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What Scott Brown's victory means to Senate power balance


Last week's shocking GOP victory in the special election to fill Ted Kennedy's old seat knocks out the Democrats' Senate supermajority, but it also sends a signal that the party's liberal agenda is losing steam.


Scott Brown won by a 52-47 percent margin over Democrat Martha Coakley in Massachusetts, taking a seat in a state that hadn't seen a Republican senator since the mid-1970s.


This surprise win breaks a 60-40 choke hold the Democrats have on the Senate, a margin that gave that party the power to quash debate on critical legislative issues. While the seat won't make a great difference in voting, it does give the GOP a voice for the first time in more than a year.


One could say recent Republican wins -- in Massachusetts, New Jersey, and Virginia -- are little more than the balance of power doing its usual leveling-out process. But that's doubtful. As evidenced by the tea party and 9/12 movements, people are striking back, and the voters are listening.


"What happened in Massachusetts is just part of an American awakening," Sen. Jim DeMint (R-SC) said Sunday. "We saw it in Virginia and New Jersey. We see it all over the country in tea parties and town halls. People are alarmed and angry about the spending, the debt, the government takeovers."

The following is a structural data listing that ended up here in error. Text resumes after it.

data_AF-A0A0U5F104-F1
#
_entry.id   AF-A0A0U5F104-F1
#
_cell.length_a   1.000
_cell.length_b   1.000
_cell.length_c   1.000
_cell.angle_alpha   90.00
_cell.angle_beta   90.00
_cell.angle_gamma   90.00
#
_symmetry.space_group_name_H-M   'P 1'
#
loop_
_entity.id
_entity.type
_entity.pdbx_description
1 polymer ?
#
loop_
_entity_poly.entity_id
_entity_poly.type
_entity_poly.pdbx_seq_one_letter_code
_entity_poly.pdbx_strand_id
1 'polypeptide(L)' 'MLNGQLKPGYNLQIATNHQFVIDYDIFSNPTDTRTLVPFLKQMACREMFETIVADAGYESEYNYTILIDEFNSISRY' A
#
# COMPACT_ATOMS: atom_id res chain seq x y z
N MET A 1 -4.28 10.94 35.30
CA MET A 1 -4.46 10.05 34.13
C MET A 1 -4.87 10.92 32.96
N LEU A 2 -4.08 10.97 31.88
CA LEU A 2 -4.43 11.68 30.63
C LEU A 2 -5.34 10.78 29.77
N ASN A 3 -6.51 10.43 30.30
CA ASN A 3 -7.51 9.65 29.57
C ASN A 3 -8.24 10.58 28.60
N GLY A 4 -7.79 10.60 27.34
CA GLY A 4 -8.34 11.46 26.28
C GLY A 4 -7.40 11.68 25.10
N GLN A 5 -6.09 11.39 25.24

Although DeMint suggested last summer that losing the national health care plan would break the back of Obama's agenda, he's softened his stance a bit.


"I did not want this to be the President's Waterloo, but pushing through a massive government takeover of our health care system was certainly not a good idea," he said.


Already there's some backlash:


  • Democrats say the proposed national health care plan is on hold until Brown is seated next month. "It's dead for the time being," House Speaker Nancy Pelosi said.

  • There's talk Congress may scrap what health care bill they have and try again. Jim Webb, Brad Ellsworth, Evan Bayh, Joe Lieberman, and Anthony Weiner were among the legislators saying they're willing to rethink the ObamaCare plan, and in recent days more Democrats are taking that angle.

  • Democratic senators elsewhere are getting the message. Barbara Boxer of California--a state that rivals Massachusetts as the bluest of them all--is reportedly getting nervous about her own re-election chances next year. "I think every state is now in play," she said. "Never, ever, ever take an election for granted."
  • According to former Clinton advisor Dick Morris, Obama's power base fell apart as the Massachusetts votes were counted. "Ultimately this is the end of the Obama ascendancy," Morris told Fox News. "He will never get another major piece of legislation passed."

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